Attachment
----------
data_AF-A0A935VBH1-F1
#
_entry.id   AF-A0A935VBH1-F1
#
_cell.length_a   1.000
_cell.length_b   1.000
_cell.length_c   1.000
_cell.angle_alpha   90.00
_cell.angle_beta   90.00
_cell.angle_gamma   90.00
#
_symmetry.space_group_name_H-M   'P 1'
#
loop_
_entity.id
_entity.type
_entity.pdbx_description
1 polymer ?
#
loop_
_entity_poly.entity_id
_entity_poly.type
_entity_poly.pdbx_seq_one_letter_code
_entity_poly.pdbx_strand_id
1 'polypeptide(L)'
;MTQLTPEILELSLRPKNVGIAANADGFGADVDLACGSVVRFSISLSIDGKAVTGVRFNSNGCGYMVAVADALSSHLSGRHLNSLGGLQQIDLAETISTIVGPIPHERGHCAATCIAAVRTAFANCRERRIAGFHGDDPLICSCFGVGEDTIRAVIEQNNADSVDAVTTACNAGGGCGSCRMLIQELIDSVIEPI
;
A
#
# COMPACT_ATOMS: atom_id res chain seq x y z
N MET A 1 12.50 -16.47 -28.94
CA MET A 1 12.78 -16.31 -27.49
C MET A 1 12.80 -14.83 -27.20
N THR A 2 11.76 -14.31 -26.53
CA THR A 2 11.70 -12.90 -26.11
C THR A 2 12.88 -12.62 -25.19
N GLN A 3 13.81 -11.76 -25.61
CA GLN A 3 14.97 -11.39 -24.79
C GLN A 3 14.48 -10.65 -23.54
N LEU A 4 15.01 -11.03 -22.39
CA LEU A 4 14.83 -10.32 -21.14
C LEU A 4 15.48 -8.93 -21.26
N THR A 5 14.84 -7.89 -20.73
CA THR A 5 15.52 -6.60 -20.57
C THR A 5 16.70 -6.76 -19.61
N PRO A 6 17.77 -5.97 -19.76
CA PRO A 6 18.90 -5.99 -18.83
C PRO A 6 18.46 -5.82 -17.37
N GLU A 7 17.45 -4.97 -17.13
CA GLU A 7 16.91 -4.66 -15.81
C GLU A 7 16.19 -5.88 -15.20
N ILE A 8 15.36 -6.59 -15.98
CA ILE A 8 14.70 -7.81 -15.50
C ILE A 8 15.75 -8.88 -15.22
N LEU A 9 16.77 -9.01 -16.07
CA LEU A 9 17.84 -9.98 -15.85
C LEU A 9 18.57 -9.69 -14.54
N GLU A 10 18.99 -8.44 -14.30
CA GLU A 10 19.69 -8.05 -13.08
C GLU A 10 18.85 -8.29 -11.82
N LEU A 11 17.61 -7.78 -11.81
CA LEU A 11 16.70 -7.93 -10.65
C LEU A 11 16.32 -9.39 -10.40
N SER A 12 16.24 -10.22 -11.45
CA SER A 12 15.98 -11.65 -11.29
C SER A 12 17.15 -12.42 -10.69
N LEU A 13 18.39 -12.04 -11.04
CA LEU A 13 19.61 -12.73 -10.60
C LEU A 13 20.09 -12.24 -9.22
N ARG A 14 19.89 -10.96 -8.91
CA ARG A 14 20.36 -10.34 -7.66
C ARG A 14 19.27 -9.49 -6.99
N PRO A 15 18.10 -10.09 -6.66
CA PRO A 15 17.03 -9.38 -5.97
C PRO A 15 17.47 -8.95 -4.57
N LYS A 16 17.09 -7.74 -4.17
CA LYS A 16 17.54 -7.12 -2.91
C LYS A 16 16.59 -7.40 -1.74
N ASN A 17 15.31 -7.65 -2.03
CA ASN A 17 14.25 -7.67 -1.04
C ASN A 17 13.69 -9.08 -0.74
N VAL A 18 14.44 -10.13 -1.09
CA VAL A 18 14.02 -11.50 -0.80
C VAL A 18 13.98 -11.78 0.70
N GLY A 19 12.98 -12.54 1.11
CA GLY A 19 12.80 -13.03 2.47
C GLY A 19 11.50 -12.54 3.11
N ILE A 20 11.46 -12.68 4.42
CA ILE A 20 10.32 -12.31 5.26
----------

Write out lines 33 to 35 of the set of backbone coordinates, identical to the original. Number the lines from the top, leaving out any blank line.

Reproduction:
C MET A 1 12.80 -14.83 -27.20
N THR A 2 11.76 -14.31 -26.53
CA THR A 2 11.70 -12.90 -26.11